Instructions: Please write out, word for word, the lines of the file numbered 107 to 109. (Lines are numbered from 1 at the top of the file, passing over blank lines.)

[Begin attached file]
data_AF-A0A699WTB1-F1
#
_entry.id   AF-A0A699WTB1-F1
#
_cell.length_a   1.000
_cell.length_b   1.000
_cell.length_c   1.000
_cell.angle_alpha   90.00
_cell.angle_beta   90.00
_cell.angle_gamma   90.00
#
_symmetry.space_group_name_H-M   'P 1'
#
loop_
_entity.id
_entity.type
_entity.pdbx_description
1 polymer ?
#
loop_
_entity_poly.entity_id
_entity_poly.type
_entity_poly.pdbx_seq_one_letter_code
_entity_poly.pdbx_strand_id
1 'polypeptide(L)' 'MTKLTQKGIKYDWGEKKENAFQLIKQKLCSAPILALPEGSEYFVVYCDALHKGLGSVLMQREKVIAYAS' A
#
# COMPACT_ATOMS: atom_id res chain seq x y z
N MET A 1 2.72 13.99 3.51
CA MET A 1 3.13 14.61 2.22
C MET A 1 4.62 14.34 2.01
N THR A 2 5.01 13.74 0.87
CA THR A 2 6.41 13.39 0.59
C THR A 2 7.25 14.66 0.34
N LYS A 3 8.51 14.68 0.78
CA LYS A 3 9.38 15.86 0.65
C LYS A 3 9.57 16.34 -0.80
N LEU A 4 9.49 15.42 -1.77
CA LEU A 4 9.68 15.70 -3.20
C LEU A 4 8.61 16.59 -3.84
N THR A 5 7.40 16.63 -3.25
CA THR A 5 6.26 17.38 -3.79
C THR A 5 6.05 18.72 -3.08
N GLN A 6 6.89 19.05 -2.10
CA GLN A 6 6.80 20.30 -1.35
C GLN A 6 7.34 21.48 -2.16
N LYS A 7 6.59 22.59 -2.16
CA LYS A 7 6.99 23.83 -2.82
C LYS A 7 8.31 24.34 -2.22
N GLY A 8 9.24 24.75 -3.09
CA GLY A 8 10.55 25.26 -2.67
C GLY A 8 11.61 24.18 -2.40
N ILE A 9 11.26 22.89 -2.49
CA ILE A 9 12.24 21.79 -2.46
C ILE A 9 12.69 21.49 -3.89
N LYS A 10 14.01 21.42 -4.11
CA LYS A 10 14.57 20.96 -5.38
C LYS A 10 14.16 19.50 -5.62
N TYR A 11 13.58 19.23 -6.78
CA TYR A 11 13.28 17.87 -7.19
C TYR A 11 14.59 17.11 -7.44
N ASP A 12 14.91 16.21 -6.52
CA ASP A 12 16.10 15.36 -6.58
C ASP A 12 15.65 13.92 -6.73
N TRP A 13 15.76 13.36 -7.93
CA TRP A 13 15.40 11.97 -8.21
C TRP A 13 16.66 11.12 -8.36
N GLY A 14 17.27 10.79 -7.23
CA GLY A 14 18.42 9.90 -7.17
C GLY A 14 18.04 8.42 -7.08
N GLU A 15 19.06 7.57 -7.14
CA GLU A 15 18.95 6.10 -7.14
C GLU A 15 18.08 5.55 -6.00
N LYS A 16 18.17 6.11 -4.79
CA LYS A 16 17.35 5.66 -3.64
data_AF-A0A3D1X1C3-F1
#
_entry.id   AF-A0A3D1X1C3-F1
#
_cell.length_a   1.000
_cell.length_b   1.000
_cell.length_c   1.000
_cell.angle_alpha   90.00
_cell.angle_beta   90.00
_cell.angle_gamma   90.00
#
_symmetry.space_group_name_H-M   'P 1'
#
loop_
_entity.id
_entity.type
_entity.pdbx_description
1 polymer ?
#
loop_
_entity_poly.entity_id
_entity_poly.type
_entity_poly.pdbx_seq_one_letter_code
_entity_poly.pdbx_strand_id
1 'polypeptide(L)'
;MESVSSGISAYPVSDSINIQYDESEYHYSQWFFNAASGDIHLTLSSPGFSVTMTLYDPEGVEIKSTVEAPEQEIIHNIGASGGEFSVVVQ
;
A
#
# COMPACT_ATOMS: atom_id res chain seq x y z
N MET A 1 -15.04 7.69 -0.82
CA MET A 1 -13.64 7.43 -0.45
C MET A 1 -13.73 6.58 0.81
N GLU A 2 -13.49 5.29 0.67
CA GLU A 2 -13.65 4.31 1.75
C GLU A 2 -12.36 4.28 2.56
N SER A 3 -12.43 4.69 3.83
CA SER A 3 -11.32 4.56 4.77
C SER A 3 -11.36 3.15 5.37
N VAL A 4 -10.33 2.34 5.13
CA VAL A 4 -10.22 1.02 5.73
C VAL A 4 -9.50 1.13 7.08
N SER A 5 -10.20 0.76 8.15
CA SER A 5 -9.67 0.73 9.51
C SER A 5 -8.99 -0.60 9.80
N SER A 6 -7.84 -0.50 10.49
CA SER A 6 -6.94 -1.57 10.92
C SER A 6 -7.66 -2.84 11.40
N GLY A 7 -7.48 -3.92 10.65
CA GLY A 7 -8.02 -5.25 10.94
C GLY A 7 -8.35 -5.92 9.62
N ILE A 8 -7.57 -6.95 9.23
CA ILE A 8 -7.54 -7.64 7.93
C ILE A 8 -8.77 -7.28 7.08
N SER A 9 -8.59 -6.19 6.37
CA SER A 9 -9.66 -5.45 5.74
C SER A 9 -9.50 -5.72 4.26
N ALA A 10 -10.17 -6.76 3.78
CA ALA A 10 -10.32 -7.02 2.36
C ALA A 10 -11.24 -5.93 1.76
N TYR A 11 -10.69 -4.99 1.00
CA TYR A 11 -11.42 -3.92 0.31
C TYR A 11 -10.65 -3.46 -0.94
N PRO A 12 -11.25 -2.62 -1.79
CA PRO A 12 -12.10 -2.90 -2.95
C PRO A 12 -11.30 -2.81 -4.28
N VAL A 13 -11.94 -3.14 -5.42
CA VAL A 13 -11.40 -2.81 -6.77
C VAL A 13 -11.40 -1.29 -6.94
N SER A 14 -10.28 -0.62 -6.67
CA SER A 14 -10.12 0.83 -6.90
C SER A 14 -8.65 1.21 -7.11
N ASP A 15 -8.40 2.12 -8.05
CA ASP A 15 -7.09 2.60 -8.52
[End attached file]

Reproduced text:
C MET A 1 -13.73 6.58 0.81
N GLU A 2 -13.49 5.29 0.67
CA GLU A 2 -13.65 4.31 1.75